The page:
Part IV is devoted to the “American Aeneid” and the reception of the poem in the history of the United States. Michèle Lowrie’s paper, “Vergil and Founding Violence,” is best here, with important consideration of the question of Roman exempla; this is the sort of article that can and should readily be assigned with profit to graduate Aeneid seminars. Indeed, Lowrie’s paper is, I would venture to say, a new classic of Aeneid criticism, one which blends the best of old and new tools of literary study, a provocative study whose implications go beyond the geographic and temporal boundaries of this section of the collection.

Part III, which focuses on the Aeneid in music and the visual arts, is probably located where it is in the collection because the subject matter largely falls in chronology between the Renaissance and the nineteenth century. This is a difficult section because of the vastness of the material, as even a cursory glance at Reid’s mammoth Oxford compendium reveals. Regrettably, here again the French are somewhat underrepresented, especially in music, though space considerations must have weighed heavily on the whole enterprise. Glenn Most’s chapter on “Laocoons” is especially noteworthy.

The book’s first section is entitled “The Aeneid in Antiquity,” and is overall the strongest of all. There is much gold to mine here: “Vergil’s Library” by Nelis; a lucid and succinct chapter on the Aeneas legend by Sergio Casali; a marvelous discussion of “Vergil’s Roman” by Jay Reed; a consideration of the theme of exilic poetry with reference to both Virgil and Ovid by Putnam; and a treatment of inconsistency and the nature of “unfinished” epic by Jim O’Hara that repays close examination.

One of the great strengths of the Harrison Oxford Readings was its superlative survey of the history of Virgilian scholarship, itself worth the price of the volume. No companion that seeks to cover as much ground as the present work can hope to produce a similar overview for the sake of the perhaps mythical general reader who will approach the collection, or for advanced undergraduate and graduate readers who suffer from feeling both lost and, perhaps, too embarassed to ask for a roadmap to an overgrown wood. If anything, the chapters of Part I of the present compilation offer the best overview to the “problem” of the Aeneid, even if the reactions to the problem in literature, music, and the arts—the whole Nachleben that Parts II-V seek to explicate, not to say control—offer too daunting a field for any one volume to handle without omission and shortchanging.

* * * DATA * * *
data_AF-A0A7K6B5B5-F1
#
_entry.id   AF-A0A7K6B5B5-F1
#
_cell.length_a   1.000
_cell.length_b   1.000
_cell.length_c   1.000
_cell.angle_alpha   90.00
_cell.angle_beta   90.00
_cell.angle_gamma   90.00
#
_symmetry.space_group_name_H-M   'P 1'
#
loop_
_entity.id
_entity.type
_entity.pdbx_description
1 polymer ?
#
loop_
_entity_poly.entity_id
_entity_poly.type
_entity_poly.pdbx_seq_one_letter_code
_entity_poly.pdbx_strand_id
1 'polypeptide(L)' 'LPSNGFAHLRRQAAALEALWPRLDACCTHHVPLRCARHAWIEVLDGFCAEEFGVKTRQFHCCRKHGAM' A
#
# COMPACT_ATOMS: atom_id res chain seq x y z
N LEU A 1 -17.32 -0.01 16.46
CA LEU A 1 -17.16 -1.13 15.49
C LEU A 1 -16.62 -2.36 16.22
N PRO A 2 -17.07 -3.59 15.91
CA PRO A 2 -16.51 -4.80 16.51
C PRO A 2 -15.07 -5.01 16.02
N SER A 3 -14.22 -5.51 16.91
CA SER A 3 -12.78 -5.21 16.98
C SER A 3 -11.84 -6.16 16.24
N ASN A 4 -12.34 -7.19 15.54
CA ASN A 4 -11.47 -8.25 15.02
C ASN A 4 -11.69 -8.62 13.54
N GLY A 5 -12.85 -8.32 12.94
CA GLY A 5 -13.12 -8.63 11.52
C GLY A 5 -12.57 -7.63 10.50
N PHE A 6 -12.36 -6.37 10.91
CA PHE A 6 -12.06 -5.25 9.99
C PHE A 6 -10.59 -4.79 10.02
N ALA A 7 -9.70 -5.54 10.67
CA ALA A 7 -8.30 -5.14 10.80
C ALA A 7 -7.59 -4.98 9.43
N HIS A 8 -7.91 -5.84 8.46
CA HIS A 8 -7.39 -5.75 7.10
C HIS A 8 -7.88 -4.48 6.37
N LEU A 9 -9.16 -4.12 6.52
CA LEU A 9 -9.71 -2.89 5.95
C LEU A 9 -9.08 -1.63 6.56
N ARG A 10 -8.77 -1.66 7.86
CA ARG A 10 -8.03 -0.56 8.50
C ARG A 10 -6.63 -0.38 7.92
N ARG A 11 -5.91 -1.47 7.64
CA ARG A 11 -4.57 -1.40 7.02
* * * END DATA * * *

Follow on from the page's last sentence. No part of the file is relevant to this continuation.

Many of the modern “companions” to antiquity, at least in hardcover incarnation, are prohibitively expensive for those who might most profit from ownership. The Farrell–Putnam Aeneid companion is not only worth the publisher’s exorbitant cost, but a book every anglophone Virgilian of these confused and confusing, yet happy and blessed days for Latin poetry enthusiasts, will cherish.

Leave a Reply

Fill in your details below or click an icon to log in:

WordPress.com Logo

You are commenting using your WordPress.com account. Log Out /  Change )

Google photo

You are commenting using your Google account. Log Out /  Change )

Twitter picture

You are commenting using your Twitter account. Log Out /  Change )

Facebook photo

You are commenting using your Facebook account. Log Out /  Change )

Connecting to %s